— Many people think they want to make more money in order to be able to enjoy their lives outside of work further (better vacations, more material goods, etc). In fact, though, study after study has shown that the more money people make, the less time they have to enjoy their life outside their job. With more money often comes longer hours, greater responsibility, far more expectations, stress, and pressure. Companies use money as the dangling carrot to entice people to put in more hours. This leaves less and less time to actually revel in and experience your life outside of work.

A study by Berkeley showed that money actually brings unhappiness. In a Capitalist society, people generally believe that richer is better, but that is not what this study found at all. You can read time and time again, of the rich man or woman who “has it all,” in terms of money and material goods, and yet the rest of their life is empty. Void of meaningful connections or much joy outside of work, because they don’t tend to have time for any of it. They’ve chosen their job and money as the priority. So while they have loads of cash, they are lonely and mostly unhappy. This is of course, not a blanket truth of the rich. Not even close. But it tends to be accurate often enough.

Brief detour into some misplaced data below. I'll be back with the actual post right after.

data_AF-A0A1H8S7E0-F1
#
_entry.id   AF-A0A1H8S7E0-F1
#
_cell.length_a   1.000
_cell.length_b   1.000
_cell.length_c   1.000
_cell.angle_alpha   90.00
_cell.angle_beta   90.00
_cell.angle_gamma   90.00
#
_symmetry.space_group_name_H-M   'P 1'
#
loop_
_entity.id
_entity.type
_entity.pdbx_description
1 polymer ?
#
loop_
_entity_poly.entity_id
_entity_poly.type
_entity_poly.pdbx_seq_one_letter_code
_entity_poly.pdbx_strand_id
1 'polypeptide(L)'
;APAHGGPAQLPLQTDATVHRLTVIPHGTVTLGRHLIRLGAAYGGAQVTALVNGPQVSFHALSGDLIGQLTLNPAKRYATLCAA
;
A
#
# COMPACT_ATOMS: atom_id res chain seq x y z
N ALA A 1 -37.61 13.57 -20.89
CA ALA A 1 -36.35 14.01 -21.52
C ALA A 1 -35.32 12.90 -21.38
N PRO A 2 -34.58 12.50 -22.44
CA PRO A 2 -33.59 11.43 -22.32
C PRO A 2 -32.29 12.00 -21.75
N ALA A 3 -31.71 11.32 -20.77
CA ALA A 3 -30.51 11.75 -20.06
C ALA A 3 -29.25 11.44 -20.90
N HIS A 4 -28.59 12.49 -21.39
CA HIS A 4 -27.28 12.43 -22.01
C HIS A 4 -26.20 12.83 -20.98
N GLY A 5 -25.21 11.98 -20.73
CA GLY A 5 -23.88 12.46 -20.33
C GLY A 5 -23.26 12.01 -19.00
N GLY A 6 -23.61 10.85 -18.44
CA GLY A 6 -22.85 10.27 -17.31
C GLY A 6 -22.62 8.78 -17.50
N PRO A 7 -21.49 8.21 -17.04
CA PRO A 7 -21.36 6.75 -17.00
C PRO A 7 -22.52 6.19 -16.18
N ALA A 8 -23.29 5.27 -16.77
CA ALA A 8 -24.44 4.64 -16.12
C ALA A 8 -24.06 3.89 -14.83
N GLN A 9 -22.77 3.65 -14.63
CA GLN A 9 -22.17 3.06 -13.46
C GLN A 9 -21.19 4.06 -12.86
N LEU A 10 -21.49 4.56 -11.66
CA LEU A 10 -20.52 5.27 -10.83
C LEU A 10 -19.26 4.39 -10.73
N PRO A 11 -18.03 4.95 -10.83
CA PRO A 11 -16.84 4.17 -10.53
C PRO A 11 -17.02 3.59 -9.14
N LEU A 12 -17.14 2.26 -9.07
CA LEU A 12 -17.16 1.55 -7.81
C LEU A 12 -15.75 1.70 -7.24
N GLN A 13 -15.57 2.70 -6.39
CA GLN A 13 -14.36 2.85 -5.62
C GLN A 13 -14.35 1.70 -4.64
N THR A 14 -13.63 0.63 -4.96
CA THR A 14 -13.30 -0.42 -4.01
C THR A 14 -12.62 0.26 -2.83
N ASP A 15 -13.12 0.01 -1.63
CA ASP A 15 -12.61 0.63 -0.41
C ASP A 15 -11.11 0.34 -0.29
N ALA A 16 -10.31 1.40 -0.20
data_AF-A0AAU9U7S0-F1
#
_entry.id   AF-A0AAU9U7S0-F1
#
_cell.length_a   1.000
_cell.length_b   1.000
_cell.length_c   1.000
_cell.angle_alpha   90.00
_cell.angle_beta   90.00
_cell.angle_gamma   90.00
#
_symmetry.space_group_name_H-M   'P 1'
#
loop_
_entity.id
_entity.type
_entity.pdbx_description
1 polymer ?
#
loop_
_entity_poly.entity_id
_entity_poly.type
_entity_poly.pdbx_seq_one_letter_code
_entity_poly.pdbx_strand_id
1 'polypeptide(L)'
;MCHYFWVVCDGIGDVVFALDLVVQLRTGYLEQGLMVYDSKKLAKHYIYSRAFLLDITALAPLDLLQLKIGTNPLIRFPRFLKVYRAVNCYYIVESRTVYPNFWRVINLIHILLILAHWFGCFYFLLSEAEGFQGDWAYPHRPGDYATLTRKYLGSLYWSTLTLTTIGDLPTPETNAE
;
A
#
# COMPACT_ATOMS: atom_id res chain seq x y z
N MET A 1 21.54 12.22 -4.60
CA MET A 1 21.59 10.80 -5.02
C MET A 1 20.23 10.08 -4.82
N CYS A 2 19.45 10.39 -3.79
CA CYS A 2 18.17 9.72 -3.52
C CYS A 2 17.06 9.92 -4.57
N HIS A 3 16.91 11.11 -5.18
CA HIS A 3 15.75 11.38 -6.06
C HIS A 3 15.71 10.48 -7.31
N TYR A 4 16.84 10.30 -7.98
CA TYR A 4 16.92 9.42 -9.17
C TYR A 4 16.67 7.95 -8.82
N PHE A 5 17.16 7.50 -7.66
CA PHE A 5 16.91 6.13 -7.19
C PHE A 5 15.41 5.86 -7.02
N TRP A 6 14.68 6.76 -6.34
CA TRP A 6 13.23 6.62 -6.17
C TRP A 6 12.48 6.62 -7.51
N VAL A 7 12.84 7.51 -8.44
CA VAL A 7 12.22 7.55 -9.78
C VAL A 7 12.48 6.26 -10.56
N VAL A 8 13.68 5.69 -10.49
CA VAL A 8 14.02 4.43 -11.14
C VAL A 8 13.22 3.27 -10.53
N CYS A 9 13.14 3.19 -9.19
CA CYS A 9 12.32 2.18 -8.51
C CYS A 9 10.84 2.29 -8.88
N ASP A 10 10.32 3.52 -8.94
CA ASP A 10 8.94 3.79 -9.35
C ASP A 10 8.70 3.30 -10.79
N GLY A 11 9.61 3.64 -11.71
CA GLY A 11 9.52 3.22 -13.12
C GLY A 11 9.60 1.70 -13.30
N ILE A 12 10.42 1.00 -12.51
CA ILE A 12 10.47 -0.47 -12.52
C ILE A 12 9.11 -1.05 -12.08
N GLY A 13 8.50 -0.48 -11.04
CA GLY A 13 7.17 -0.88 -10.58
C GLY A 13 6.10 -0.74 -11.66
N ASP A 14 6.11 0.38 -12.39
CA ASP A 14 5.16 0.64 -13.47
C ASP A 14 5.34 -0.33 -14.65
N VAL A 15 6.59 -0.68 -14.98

— There is also research on the impact of money on our overall happiness over the big picture. Princeton researcher and 2002 Novel Prize winner, Kahneman (Ph.D.) says that money does not bring about happiness. That people overrate the joy-inducing effect of money. He says that increases in income have a relatively brief effect on life happiness, as well as psychological studies showing that the wealthier people are, the more intense negative emotions they experience.

So, as you can see, all of these studies do not link wealth with a greater incidence of happiness.